[Milton-L] Update on "My Doom" Virus

Zach Davis zach at crito.org
Fri Jan 30 15:14:15 EST 2004


> This is not quite accurate. Linux is only an operating system, and
> operating systems are utterly useless in themselves. If you are not an
> expert programmer and want to get any use out of Linux, you have to buy
> it along with the applications compatible with it from Red Hat or other
> companies offering it in usable form.
>
> Carrol


Actually, most linux applications are also free, and released under the 
General Public License or some variation of it. Linux distributions 
like Redhat, Suse, and Debian all come with applications (free) like 
Open Office, Gimp (a photoshop equivalent), etc. Even Red Hat was free 
-- it is now more or less defunct, since Redhat is focusing solely on 
the business market, and merged it's home user distribution into the 
fedora project -- although you had to pay for support.

While linux does still have it's bugs, I'm not sure it's fair to say 
that one has to be an expert programmer to use it. It's entirely 
possible to download, install, and use a linux installation without 
having any programming skills at all. One does need, however, some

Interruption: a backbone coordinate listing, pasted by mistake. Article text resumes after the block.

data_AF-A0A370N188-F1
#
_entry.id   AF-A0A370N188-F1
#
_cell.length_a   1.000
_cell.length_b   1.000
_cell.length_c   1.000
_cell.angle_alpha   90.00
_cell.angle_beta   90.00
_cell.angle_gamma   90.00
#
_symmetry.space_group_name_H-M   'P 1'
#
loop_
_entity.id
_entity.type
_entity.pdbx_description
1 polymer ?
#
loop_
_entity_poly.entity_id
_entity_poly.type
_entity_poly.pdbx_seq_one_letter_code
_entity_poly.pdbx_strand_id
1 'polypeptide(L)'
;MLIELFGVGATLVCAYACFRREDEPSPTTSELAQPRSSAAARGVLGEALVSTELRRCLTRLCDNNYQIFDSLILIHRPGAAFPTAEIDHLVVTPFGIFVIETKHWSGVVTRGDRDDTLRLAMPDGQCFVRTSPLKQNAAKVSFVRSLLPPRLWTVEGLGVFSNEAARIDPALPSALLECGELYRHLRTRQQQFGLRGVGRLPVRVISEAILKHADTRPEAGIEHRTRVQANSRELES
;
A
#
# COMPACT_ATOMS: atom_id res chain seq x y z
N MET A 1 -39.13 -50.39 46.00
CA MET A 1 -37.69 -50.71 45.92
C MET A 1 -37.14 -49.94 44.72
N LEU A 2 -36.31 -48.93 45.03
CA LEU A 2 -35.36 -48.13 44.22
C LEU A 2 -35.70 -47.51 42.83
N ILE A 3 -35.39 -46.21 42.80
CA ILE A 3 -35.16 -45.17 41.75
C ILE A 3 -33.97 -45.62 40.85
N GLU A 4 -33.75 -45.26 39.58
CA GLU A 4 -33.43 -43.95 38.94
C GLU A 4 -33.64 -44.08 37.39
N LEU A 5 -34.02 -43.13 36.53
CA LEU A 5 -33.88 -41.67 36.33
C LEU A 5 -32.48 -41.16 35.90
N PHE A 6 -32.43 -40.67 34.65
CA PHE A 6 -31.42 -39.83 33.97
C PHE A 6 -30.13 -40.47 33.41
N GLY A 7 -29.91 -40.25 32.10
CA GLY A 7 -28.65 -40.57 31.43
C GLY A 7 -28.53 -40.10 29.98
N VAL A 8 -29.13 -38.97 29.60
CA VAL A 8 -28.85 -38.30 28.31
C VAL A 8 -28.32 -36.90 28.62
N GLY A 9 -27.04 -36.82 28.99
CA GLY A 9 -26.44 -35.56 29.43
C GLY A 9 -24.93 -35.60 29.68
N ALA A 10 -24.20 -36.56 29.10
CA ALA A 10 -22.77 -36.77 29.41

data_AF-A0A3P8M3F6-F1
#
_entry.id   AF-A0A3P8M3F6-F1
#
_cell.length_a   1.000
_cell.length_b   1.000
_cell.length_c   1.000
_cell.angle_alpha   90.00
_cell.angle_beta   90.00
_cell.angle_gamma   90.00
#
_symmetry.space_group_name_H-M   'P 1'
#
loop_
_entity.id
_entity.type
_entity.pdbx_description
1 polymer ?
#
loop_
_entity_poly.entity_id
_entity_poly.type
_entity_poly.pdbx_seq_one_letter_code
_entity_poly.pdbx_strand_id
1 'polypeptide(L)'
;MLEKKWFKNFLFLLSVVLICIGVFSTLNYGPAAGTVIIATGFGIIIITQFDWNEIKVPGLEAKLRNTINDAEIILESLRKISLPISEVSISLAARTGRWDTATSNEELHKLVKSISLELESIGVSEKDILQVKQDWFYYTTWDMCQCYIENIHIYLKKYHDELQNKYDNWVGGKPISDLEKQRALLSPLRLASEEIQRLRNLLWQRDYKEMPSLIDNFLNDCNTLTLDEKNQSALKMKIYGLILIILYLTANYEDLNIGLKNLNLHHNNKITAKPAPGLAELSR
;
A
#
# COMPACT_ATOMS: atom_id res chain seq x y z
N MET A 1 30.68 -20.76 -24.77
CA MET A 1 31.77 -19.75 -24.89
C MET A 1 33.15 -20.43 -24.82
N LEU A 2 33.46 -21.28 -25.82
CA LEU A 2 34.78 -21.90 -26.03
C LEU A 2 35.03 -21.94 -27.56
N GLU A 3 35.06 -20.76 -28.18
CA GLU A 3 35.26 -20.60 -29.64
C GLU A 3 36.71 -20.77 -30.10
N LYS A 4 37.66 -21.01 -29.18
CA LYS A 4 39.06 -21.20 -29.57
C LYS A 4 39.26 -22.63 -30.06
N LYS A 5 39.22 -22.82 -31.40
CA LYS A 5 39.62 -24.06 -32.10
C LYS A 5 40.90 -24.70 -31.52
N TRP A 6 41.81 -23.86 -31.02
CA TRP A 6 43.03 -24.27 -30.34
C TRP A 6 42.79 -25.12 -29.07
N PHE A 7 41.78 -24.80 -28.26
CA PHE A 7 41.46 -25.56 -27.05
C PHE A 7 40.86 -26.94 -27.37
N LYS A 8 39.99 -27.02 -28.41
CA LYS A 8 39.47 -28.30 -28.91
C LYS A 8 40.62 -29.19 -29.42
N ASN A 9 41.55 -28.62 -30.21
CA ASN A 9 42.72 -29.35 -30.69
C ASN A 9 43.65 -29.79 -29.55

patience, and a willingness to learn a new system.

 From what I understand, by the way, most of the evidence around the 
origins of the MyDoom virus suggest that it originated in Russia, and 
that it really has nothing to do with the open source community. There 
is some thinking out there suggesting that the SCO attack "feature" of 
the virus is actually an attempt to mislead the authorities. This was 
recently posted on slashdot.org:

The poster "points out this article in The Atlanta Journal Constitution 
citing "experts who believe the worm was put out for criminal profit 
motives by spammers and not by Linux Advocates." Further on that, 
deadmonk writes "MessageLabs is reporting that the recent Mydoom virus 
seems to have originated in Russia. A place where nobody gives a wet 
slap about a court case in the U.S. Personally, I'm looking for a 
serious apology (or at least a retraction) for the 'alleged' link 
between this ugly little nasty and Open Source / Linux users." Of 
course, there could be evil spammers who also like Linux (or don't like 
SCO), but until someone's caught, or fesses up, it's impossible to say. 
Read on for some more MyDoom updates, including a new variant (with a 
new payload), ramifications for Australians, and a forensic analysis of 
the worm."

And, for those of you who are interested in the current state of 
affairs in the linux and the open source communities, the SCO 
controversy is worth looking into, especially since the intellectual 
property issues that it brings up are in some ways relevant to 
questions around intellectual property in the academy. I tend to think 
that teachers, especially those who put course materials online, would 
be well served by learning about some of the new licensing strategies 
that have emerged from the open source movement, such as various 
Creative Commons licenses.

best,
Zach



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